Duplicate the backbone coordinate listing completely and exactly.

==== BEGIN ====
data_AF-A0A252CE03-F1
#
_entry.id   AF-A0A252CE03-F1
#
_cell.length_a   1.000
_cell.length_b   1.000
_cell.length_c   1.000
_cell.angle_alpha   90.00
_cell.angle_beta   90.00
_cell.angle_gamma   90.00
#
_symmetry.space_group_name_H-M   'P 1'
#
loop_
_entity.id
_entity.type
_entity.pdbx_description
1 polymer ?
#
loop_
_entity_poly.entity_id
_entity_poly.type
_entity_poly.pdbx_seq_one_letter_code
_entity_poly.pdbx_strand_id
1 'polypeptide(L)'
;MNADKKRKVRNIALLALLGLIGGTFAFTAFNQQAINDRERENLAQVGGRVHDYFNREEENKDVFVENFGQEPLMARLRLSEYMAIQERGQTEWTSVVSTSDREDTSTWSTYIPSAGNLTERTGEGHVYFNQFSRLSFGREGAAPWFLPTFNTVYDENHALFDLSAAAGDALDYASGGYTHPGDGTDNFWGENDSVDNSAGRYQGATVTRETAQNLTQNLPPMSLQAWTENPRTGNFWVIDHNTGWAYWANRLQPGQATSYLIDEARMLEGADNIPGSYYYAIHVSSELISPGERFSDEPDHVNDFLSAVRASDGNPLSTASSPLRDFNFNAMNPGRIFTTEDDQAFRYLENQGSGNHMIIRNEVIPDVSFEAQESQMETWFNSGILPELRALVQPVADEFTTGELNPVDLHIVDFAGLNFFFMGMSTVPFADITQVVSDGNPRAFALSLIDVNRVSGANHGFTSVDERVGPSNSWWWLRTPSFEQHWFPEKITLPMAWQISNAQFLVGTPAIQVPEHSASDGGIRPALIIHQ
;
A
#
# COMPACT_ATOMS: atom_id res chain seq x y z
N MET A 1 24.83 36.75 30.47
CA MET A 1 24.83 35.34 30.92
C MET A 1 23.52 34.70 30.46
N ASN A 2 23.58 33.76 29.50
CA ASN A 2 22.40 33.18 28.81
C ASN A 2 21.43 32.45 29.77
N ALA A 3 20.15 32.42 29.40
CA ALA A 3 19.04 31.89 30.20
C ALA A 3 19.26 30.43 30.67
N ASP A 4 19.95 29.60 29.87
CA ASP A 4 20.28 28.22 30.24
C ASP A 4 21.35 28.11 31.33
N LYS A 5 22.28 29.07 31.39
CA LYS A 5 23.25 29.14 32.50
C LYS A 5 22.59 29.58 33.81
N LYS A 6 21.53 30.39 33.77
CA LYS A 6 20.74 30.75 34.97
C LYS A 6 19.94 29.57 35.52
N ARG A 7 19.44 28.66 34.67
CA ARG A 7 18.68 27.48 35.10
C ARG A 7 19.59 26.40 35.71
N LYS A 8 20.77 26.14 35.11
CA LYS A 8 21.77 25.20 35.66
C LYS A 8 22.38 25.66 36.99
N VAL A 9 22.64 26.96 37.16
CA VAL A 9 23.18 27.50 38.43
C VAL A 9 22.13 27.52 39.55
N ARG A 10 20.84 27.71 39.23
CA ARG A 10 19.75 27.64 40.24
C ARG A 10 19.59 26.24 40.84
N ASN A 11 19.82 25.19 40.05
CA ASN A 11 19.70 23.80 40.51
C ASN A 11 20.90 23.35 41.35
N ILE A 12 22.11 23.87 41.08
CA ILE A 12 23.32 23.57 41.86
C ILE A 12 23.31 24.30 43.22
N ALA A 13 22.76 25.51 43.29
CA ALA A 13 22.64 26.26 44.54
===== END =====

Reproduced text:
data_AF-A0A252CE03-F1
#
_entry.id   AF-A0A252CE03-F1
#
_cell.length_a   1.000
_cell.length_b   1.000
_cell.length_c   1.000
_cell.angle_alpha   90.00
_cell.angle_beta   90.00
_cell.angle_gamma   90.00
#
_symmetry.space_group_name_H-M   'P 1'
#
loop_
_entity.id
_entity.type
_entity.pdbx_description
1 polymer ?
#
loop_
_entity_poly.entity_id
_entity_poly.type
_entity_poly.pdbx_seq_one_letter_code
_entity_poly.pdbx_strand_id
1 'polypeptide(L)'
;MNADKKRKVRNIALLALLGLIGGTFAFTAFNQQAINDRERENLAQVGGRVHDYFNREEENKDVFVENFGQEPLMARLRLSEYMAIQERGQTEWTSVVSTSDREDTSTWSTYIPSAGNLTERTGEGHVYFNQFSRLSFGREGAAPWFLPTFNTVYDENHALFDLSAAAGDALDYASGGYTHPGDGTDNFWGENDSVDNSAGRYQGATVTRETAQNLTQNLPPMSLQAWTENPRTGNFWVIDHNTGWAYWANRLQPGQATSYLIDEARMLEGADNIPGSYYYAIHVSSELISPGERFSDEPDHVNDFLSAVRASDGNPLSTASSPLRDFNFNAMNPGRIFTTEDDQAFRYLENQGSGNHMIIRNEVIPDVSFEAQESQMETWFNSGILPELRALVQPVADEFTTGELNPVDLHIVDFAGLNFFFMGMSTVPFADITQVVSDGNPRAFALSLIDVNRVSGANHGFTSVDERVGPSNSWWWLRTPSFEQHWFPEKITLPMAWQISNAQFLVGTPAIQVPEHSASDGGIRPALIIHQ
;
A
#
# COMPACT_ATOMS: atom_id res chain seq x y z
N MET A 1 24.83 36.75 30.47
CA MET A 1 24.83 35.34 30.92
C MET A 1 23.52 34.70 30.46
N ASN A 2 23.58 33.76 29.50
CA ASN A 2 22.40 33.18 28.81
C ASN A 2 21.43 32.45 29.77
N ALA A 3 20.15 32.42 29.40
CA ALA A 3 19.04 31.89 30.20
C ALA A 3 19.26 30.43 30.67
N ASP A 4 19.95 29.60 29.87
CA ASP A 4 20.28 28.22 30.24
C ASP A 4 21.35 28.11 31.33
N LYS A 5 22.28 29.07 31.39
CA LYS A 5 23.25 29.14 32.50
C LYS A 5 22.59 29.58 33.81
N LYS A 6 21.53 30.39 33.77
CA LYS A 6 20.74 30.75 34.97
C LYS A 6 19.94 29.57 35.52
N ARG A 7 19.44 28.66 34.67
CA ARG A 7 18.68 27.48 35.10
C ARG A 7 19.59 26.40 35.71
N LYS A 8 20.77 26.14 35.11
CA LYS A 8 21.77 25.20 35.66
C LYS A 8 22.38 25.66 36.99
N VAL A 9 22.64 26.96 37.16
CA VAL A 9 23.18 27.50 38.43
C VAL A 9 22.13 27.52 39.55
N ARG A 10 20.84 27.71 39.23
CA ARG A 10 19.75 27.64 40.24
C ARG A 10 19.59 26.24 40.84
N ASN A 11 19.82 25.19 40.05
CA ASN A 11 19.70 23.80 40.51
C ASN A 11 20.90 23.35 41.35
N ILE A 12 22.11 23.87 41.08
CA ILE A 12 23.32 23.57 41.86
C ILE A 12 23.31 24.30 43.22
N ALA A 13 22.76 25.51 43.29
CA ALA A 13 22.64 26.26 44.54